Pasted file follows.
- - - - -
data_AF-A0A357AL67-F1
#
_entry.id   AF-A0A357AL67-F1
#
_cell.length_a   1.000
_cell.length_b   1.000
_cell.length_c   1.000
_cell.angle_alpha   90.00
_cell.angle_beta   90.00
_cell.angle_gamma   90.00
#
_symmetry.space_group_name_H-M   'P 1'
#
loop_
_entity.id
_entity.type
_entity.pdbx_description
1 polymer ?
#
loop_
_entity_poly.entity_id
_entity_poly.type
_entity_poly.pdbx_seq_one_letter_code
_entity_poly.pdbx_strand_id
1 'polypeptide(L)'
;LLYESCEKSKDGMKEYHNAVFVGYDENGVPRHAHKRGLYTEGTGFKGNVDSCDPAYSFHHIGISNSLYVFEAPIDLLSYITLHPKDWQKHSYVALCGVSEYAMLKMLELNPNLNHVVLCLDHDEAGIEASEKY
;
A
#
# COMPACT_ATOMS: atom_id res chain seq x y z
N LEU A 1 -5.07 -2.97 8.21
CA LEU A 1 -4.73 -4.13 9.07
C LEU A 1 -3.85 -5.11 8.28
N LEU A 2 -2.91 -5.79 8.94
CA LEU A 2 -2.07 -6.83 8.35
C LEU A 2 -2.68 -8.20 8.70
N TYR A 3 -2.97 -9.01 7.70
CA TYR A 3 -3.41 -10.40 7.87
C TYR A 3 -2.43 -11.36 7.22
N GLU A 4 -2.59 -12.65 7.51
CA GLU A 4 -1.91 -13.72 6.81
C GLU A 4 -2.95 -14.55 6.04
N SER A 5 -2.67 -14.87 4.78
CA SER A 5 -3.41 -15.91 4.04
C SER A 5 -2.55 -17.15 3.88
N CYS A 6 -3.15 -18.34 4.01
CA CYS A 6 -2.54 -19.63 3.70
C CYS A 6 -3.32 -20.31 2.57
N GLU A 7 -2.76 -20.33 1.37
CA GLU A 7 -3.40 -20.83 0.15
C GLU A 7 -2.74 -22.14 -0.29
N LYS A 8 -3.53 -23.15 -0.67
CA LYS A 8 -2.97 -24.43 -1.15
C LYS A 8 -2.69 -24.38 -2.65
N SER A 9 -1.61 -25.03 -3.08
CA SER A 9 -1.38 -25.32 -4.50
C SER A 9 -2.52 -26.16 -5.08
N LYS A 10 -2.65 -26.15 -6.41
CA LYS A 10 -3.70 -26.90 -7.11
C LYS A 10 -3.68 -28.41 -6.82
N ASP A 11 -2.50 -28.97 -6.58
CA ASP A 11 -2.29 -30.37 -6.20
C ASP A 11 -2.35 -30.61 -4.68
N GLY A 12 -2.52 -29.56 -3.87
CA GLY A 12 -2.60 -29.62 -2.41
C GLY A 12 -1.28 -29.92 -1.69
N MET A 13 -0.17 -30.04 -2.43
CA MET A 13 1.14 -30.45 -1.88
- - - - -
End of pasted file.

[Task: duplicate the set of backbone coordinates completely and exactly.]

data_AF-A0A357AL67-F1
#
_entry.id   AF-A0A357AL67-F1
#
_cell.length_a   1.000
_cell.length_b   1.000
_cell.length_c   1.000
_cell.angle_alpha   90.00
_cell.angle_beta   90.00
_cell.angle_gamma   90.00
#
_symmetry.space_group_name_H-M   'P 1'
#
loop_
_entity.id
_entity.type
_entity.pdbx_description
1 polymer ?
#
loop_
_entity_poly.entity_id
_entity_poly.type
_entity_poly.pdbx_seq_one_letter_code
_entity_poly.pdbx_strand_id
1 'polypeptide(L)'
;LLYESCEKSKDGMKEYHNAVFVGYDENGVPRHAHKRGLYTEGTGFKGNVDSCDPAYSFHHIGISNSLYVFEAPIDLLSYITLHPKDWQKHSYVALCGVSEYAMLKMLELNPNLNHVVLCLDHDEAGIEASEKY
;
A
#
# COMPACT_ATOMS: atom_id res chain seq x y z
N LEU A 1 -5.07 -2.97 8.21
CA LEU A 1 -4.73 -4.13 9.07
C LEU A 1 -3.85 -5.11 8.28
N LEU A 2 -2.91 -5.79 8.94
CA LEU A 2 -2.07 -6.83 8.35
C LEU A 2 -2.68 -8.20 8.70
N TYR A 3 -2.97 -9.01 7.70
CA TYR A 3 -3.41 -10.40 7.87
C TYR A 3 -2.43 -11.36 7.22
N GLU A 4 -2.59 -12.65 7.51
CA GLU A 4 -1.91 -13.72 6.81
C GLU A 4 -2.95 -14.55 6.04
N SER A 5 -2.67 -14.87 4.78
CA SER A 5 -3.41 -15.91 4.04
C SER A 5 -2.55 -17.15 3.88
N CYS A 6 -3.15 -18.34 4.01
CA CYS A 6 -2.54 -19.63 3.70
C CYS A 6 -3.32 -20.31 2.57
N GLU A 7 -2.76 -20.33 1.37
CA GLU A 7 -3.40 -20.83 0.15
C GLU A 7 -2.74 -22.14 -0.29
N LYS A 8 -3.53 -23.15 -0.67
CA LYS A 8 -2.97 -24.43 -1.15
C LYS A 8 -2.69 -24.38 -2.65
N SER A 9 -1.61 -25.03 -3.08
CA SER A 9 -1.38 -25.32 -4.50
C SER A 9 -2.52 -26.16 -5.08
N LYS A 10 -2.65 -26.15 -6.41
CA LYS A 10 -3.70 -26.90 -7.11
C LYS A 10 -3.68 -28.41 -6.82
N ASP A 11 -2.50 -28.97 -6.58
CA ASP A 11 -2.29 -30.37 -6.20
C ASP A 11 -2.35 -30.61 -4.68
N GLY A 12 -2.52 -29.56 -3.87
CA GLY A 12 -2.60 -29.62 -2.41
C GLY A 12 -1.28 -29.92 -1.69
N MET A 13 -0.17 -30.04 -2.43
CA MET A 13 1.14 -30.45 -1.88